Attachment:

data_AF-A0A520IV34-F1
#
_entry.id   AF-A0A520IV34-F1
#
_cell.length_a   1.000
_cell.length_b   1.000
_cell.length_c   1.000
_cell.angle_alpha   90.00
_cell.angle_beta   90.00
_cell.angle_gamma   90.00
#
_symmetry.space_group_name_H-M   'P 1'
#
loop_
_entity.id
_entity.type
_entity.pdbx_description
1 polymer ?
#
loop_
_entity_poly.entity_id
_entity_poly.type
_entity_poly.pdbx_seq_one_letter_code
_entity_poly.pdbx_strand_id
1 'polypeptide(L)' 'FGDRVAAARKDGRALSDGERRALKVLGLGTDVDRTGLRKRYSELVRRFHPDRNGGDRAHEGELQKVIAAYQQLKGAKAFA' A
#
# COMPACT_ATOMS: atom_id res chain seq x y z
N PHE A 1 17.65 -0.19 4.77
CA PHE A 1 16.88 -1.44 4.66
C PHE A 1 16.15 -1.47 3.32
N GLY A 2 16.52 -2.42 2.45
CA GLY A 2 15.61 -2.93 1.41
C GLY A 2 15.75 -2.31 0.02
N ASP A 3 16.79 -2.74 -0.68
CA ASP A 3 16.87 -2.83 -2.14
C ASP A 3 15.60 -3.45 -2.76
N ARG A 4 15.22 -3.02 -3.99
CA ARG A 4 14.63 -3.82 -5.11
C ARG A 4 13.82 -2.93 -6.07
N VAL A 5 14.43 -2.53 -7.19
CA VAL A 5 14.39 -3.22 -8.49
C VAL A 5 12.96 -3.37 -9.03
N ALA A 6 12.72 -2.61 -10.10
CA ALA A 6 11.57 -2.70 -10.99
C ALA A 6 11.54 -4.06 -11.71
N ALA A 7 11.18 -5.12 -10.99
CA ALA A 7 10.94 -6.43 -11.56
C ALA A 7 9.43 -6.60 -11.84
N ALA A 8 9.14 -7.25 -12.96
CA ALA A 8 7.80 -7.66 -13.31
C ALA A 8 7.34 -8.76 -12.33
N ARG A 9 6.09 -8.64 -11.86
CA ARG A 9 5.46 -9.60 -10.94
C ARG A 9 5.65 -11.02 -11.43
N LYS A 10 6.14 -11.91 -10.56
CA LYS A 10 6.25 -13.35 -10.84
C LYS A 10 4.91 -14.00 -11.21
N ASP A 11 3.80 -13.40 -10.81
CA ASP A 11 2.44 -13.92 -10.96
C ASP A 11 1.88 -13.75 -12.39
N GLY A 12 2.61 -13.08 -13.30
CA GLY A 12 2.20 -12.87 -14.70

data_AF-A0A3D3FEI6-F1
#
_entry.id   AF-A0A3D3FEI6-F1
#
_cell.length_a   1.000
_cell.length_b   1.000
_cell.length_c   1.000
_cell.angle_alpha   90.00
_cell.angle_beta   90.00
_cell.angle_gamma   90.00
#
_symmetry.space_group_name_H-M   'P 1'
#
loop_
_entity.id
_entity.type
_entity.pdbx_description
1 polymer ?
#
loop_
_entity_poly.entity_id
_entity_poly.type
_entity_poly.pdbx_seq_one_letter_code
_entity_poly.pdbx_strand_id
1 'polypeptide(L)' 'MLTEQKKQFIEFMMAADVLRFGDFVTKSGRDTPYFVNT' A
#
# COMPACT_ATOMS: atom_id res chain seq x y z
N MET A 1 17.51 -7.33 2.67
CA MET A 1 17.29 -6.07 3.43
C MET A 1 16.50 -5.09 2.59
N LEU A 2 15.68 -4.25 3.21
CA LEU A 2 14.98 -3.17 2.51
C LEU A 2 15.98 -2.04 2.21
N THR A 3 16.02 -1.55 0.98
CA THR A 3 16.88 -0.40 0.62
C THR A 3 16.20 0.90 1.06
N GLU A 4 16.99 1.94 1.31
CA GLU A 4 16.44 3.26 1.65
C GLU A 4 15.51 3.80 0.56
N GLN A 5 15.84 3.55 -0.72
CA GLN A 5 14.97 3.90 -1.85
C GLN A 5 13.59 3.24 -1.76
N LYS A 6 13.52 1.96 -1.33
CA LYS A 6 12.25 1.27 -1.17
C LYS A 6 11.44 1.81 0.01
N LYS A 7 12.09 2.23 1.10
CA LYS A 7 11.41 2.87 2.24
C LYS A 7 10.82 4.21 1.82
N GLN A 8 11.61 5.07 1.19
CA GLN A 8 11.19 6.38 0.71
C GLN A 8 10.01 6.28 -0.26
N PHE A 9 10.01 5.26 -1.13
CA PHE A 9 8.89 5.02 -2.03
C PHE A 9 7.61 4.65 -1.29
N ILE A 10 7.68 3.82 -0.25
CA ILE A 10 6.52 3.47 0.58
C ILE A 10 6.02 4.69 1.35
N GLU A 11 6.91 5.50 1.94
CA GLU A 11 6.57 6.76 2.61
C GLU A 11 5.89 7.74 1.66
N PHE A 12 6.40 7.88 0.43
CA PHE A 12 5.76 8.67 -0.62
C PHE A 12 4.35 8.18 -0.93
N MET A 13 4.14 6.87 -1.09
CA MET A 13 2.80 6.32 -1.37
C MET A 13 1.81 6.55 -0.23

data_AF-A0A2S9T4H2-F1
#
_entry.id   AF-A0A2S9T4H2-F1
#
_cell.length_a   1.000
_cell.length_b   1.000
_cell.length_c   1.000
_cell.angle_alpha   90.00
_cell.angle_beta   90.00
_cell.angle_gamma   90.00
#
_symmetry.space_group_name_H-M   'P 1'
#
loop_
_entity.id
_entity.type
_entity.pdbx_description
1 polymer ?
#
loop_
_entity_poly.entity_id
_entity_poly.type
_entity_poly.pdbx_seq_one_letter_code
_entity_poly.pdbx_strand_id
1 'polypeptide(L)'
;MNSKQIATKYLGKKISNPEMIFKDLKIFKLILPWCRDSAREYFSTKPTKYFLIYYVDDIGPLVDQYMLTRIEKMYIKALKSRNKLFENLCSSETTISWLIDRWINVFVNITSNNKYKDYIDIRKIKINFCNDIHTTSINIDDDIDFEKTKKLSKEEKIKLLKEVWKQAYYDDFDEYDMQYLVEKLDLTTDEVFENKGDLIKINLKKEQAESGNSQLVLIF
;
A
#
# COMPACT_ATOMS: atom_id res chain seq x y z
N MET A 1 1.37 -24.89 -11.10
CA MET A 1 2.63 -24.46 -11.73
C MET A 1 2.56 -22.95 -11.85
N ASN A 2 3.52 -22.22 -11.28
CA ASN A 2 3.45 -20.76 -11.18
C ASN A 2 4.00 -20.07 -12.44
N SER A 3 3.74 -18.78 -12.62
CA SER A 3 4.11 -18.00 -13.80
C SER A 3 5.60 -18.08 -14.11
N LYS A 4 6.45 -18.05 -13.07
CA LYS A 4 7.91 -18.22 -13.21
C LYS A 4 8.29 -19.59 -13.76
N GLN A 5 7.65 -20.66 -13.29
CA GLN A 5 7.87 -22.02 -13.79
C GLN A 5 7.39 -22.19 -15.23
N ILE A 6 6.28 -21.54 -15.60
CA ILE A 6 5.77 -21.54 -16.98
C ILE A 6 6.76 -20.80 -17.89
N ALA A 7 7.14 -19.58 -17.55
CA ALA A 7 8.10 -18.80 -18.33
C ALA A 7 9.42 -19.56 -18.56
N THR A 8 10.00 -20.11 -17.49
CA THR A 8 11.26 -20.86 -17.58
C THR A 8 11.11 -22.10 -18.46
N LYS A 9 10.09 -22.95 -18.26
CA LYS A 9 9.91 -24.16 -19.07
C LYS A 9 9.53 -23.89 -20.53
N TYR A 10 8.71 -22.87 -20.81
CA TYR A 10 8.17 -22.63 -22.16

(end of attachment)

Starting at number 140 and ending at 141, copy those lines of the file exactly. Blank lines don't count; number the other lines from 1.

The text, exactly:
_symmetry.space_group_name_H-M   'P 1'
#